Audio utilized in a commercial install is unlike residential outdoor entertaining applications, in which customers install speaker systems throughout their backyards to complement video. For a commercial install, audio should be, in most cases, either relegated to the flat panel’s built-in speakers if the music or message does not need to be broadcast over large distances, or tied in with satellite speakers installed throughout the viewing area. Either way, stick with mono. Stereo and surround sound rarely work as intended outside.

If the application does warrant audio to be broadcast over a larger area, rock speakers are very popular complements to outdoor flat panels when traditional speakers mounted underneath the roof overhand are not an option. Rock speakers blend in very well to the landscape; even if the flat panel is placed well away from a covered patio, the rock speakers can be placed close by and throughout the facility for equal audio coverage.

Stereo or surround sound speakers can be very tempting for the “cool” factor alone. But more times than not, they are a waste of time, effort and money. Stereo and surround sound outdoors are quite ineffective. In order for these two audio signals to work as intended, they depend on a stationary listener who is in the one prime position equidistant from both speakers in a stereo application, or all five to seven speakers in a surround application. Otherwise, the listener would pick up the audio signals out of sequence and at lower or higher volume than intended.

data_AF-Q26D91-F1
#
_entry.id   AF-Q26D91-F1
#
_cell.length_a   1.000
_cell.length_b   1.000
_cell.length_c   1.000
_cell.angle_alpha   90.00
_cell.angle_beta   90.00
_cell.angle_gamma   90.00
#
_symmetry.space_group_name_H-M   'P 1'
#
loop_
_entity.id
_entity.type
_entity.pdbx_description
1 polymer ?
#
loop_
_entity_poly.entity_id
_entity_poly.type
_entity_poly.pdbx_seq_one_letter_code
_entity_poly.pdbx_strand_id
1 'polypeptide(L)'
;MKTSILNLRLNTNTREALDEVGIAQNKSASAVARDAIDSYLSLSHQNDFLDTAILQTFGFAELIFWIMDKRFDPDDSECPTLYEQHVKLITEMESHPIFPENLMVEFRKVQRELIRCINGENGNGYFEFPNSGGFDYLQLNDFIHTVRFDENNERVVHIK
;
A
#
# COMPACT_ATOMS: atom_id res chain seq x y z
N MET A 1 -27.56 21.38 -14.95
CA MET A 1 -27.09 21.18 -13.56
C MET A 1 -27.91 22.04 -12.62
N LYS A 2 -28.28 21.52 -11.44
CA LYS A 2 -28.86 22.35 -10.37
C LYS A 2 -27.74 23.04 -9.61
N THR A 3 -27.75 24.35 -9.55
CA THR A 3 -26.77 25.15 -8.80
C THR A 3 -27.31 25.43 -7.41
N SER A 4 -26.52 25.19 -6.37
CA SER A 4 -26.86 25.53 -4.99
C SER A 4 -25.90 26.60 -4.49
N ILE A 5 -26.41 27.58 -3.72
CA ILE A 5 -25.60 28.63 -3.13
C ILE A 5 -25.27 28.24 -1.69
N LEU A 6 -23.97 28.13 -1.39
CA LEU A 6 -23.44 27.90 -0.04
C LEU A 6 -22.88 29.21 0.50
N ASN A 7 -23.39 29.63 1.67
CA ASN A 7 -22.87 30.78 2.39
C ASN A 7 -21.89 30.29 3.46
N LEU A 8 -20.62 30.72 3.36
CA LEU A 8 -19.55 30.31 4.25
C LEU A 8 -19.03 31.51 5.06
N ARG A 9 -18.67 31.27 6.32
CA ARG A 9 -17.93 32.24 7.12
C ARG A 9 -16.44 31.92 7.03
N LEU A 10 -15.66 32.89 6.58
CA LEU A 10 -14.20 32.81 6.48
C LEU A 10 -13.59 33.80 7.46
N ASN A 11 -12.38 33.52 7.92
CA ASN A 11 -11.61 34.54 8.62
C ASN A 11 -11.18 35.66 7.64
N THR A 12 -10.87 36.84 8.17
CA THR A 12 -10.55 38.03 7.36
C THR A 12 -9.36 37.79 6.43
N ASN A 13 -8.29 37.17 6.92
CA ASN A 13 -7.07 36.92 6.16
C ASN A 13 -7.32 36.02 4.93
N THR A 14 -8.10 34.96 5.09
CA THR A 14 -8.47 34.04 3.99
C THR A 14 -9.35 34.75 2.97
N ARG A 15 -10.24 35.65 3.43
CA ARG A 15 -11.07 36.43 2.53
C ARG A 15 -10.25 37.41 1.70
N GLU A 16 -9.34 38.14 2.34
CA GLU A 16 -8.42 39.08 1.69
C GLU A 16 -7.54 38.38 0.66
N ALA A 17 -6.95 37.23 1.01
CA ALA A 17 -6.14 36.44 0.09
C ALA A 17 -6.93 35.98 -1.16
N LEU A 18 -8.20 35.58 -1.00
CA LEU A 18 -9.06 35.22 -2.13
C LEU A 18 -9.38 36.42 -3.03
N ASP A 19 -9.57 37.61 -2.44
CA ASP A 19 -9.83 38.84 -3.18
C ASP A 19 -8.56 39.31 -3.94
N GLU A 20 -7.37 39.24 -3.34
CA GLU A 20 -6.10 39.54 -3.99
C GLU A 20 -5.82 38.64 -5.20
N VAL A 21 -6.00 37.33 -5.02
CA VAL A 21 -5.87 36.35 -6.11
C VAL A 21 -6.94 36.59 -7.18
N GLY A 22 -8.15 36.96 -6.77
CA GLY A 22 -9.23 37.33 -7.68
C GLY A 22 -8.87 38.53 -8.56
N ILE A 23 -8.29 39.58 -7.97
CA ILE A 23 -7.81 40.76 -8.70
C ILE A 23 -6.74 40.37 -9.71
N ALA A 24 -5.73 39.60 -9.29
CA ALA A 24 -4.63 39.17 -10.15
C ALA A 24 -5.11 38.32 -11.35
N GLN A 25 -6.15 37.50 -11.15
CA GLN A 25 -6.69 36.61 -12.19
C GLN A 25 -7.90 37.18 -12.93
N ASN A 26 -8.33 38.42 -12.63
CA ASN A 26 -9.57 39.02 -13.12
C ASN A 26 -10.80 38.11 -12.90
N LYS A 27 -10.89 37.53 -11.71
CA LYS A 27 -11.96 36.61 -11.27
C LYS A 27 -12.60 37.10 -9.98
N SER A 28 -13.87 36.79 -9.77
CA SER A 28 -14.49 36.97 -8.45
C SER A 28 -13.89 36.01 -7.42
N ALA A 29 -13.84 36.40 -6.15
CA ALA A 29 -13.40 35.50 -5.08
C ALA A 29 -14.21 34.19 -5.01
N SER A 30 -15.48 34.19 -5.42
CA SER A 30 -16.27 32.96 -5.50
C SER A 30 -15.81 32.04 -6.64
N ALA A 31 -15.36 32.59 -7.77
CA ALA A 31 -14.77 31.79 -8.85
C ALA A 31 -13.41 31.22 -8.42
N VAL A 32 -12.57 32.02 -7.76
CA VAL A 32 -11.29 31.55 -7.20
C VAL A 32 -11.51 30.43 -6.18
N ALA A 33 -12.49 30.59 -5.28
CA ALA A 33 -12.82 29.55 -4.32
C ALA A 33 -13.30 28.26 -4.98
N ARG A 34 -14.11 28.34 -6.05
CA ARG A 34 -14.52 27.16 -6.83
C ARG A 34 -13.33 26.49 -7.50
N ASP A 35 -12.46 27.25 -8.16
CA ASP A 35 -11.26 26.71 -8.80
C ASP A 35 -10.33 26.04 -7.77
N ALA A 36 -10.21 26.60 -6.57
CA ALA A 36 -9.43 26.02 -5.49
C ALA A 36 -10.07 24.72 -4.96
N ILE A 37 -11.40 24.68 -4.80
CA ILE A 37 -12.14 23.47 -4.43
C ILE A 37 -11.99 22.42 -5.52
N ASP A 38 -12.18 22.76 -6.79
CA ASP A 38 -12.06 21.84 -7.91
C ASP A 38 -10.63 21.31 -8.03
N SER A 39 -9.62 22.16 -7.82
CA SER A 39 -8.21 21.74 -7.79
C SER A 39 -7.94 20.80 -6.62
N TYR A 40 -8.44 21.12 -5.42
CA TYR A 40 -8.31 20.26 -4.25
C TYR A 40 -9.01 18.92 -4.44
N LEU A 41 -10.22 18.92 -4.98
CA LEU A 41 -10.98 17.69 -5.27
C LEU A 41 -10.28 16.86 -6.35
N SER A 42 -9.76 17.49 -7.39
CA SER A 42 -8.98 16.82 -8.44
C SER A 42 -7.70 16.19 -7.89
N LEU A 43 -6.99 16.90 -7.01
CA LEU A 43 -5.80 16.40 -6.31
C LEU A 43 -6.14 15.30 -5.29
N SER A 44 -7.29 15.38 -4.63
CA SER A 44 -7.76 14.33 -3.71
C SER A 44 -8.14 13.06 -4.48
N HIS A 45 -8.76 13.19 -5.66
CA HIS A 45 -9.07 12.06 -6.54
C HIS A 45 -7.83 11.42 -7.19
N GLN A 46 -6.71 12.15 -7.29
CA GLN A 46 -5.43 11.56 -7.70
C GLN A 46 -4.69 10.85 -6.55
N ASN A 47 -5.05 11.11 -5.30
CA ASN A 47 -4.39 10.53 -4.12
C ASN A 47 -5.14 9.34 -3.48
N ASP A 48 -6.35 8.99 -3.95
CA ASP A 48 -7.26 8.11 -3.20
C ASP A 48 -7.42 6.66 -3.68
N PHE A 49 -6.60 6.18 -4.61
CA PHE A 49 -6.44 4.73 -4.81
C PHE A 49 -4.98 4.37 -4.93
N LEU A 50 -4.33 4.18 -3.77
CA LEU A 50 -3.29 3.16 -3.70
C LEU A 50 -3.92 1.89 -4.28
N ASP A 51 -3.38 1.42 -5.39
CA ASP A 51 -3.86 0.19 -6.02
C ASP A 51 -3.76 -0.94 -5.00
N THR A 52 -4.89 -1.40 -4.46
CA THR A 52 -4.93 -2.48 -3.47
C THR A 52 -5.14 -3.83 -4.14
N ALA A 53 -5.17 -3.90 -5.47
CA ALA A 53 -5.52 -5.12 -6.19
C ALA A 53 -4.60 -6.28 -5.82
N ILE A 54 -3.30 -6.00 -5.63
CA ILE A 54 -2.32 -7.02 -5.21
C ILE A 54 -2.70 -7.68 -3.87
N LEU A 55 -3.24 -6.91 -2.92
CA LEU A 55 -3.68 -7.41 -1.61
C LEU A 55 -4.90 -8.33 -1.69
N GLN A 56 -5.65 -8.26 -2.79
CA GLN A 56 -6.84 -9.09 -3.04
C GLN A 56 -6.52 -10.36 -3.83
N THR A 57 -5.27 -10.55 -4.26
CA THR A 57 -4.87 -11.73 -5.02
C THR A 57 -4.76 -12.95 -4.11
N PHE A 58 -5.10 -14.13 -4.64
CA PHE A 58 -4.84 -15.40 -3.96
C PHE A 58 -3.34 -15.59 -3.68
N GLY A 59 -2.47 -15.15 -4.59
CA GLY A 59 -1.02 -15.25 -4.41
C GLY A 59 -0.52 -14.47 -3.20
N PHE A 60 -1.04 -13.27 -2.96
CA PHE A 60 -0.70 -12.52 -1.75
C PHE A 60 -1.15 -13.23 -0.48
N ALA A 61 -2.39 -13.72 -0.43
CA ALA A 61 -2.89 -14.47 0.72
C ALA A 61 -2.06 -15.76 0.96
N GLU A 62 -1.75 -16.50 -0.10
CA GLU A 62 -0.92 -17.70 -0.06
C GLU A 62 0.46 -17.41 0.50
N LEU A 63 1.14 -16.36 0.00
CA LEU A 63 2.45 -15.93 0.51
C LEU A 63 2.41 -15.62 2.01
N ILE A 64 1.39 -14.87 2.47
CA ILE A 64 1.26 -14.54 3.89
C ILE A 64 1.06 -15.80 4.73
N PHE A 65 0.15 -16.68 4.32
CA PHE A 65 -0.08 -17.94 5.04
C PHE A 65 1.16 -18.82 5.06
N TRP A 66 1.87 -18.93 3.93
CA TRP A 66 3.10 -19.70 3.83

Also, the lack of reflective material (i.e., walls, ceiling, tile floors, etc.) that helps “contain” varying audio signals in stereo and surround applications indoors renders these signals basically useless in outdoor applications. Therefore, mono is the way to go in outdoor applications because, generally, the listener is on the move and it enables the audio to be consistent. It may not be as “sexy,” but it works as intended.

Purpose-Designed Flat Panels
You want a flat-panel display specifically designed for the outdoors to protect against brightness/glare from the sun, temperature and moisture control, and insect and dust repellent. They’ve been designed specifically with these obstacles and potential issues in mind. Of course, these units are more expensive than an “indoor” flat panel, but in the long run they last longer and withstand the elements in order to enable your business to broadcast your message and, ultimately, grow your bottom line well beyond the initial investment.